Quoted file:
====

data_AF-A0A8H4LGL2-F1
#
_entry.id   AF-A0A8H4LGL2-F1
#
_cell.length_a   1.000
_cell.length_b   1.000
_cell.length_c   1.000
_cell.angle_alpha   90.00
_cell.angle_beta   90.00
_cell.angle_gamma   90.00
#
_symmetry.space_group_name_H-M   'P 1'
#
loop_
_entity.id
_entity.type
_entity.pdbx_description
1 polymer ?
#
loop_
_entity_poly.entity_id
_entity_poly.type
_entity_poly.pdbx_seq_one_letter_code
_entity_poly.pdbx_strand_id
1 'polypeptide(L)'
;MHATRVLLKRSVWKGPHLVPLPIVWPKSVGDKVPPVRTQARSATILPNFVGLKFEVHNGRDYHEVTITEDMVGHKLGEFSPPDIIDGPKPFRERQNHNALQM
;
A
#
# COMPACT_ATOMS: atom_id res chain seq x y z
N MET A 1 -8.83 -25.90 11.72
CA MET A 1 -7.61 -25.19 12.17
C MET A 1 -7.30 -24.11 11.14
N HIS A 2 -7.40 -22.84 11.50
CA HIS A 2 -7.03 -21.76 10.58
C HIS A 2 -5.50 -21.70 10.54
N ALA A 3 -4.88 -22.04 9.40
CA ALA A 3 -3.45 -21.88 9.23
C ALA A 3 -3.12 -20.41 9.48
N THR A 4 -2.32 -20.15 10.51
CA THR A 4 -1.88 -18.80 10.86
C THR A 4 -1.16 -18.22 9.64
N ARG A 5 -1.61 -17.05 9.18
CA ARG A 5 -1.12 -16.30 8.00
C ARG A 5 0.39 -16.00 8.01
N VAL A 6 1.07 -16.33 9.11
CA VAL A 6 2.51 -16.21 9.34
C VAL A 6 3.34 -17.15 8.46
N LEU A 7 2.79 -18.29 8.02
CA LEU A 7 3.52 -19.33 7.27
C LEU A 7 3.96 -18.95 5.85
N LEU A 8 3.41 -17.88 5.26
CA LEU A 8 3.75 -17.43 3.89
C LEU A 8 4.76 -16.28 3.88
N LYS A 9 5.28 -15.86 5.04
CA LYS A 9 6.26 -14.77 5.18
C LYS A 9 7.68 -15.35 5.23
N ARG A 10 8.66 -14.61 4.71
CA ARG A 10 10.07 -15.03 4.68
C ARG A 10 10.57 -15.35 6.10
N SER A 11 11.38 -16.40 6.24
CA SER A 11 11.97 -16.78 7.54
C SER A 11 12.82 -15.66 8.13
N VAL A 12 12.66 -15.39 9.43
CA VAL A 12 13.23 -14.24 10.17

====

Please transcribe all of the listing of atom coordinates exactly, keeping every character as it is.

data_AF-A0A8H4LGL2-F1
#
_entry.id   AF-A0A8H4LGL2-F1
#
_cell.length_a   1.000
_cell.length_b   1.000
_cell.length_c   1.000
_cell.angle_alpha   90.00
_cell.angle_beta   90.00
_cell.angle_gamma   90.00
#
_symmetry.space_group_name_H-M   'P 1'
#
loop_
_entity.id
_entity.type
_entity.pdbx_description
1 polymer ?
#
loop_
_entity_poly.entity_id
_entity_poly.type
_entity_poly.pdbx_seq_one_letter_code
_entity_poly.pdbx_strand_id
1 'polypeptide(L)'
;MHATRVLLKRSVWKGPHLVPLPIVWPKSVGDKVPPVRTQARSATILPNFVGLKFEVHNGRDYHEVTITEDMVGHKLGEFSPPDIIDGPKPFRERQNHNALQM
;
A
#
# COMPACT_ATOMS: atom_id res chain seq x y z
N MET A 1 -8.83 -25.90 11.72
CA MET A 1 -7.61 -25.19 12.17
C MET A 1 -7.30 -24.11 11.14
N HIS A 2 -7.40 -22.84 11.50
CA HIS A 2 -7.03 -21.76 10.58
C HIS A 2 -5.50 -21.70 10.54
N ALA A 3 -4.88 -22.04 9.40
CA ALA A 3 -3.45 -21.88 9.23
C ALA A 3 -3.12 -20.41 9.48
N THR A 4 -2.32 -20.15 10.51
CA THR A 4 -1.88 -18.80 10.86
C THR A 4 -1.16 -18.22 9.64
N ARG A 5 -1.61 -17.05 9.18
CA ARG A 5 -1.12 -16.30 8.00
C ARG A 5 0.39 -16.00 8.01
N VAL A 6 1.07 -16.33 9.11
CA VAL A 6 2.51 -16.21 9.34
C VAL A 6 3.34 -17.15 8.46
N LEU A 7 2.79 -18.29 8.02
CA LEU A 7 3.52 -19.33 7.27
C LEU A 7 3.96 -18.95 5.85
N LEU A 8 3.41 -17.88 5.26
CA LEU A 8 3.75 -17.43 3.89
C LEU A 8 4.76 -16.28 3.88
N LYS A 9 5.28 -15.86 5.04
CA LYS A 9 6.26 -14.77 5.18
C LYS A 9 7.68 -15.35 5.23
N ARG A 10 8.66 -14.61 4.71
CA ARG A 10 10.07 -15.03 4.68
C ARG A 10 10.57 -15.35 6.10
N SER A 11 11.38 -16.40 6.24
CA SER A 11 11.97 -16.78 7.54
C SER A 11 12.82 -15.66 8.13
N VAL A 12 12.66 -15.39 9.43
CA VAL A 12 13.23 -14.24 10.17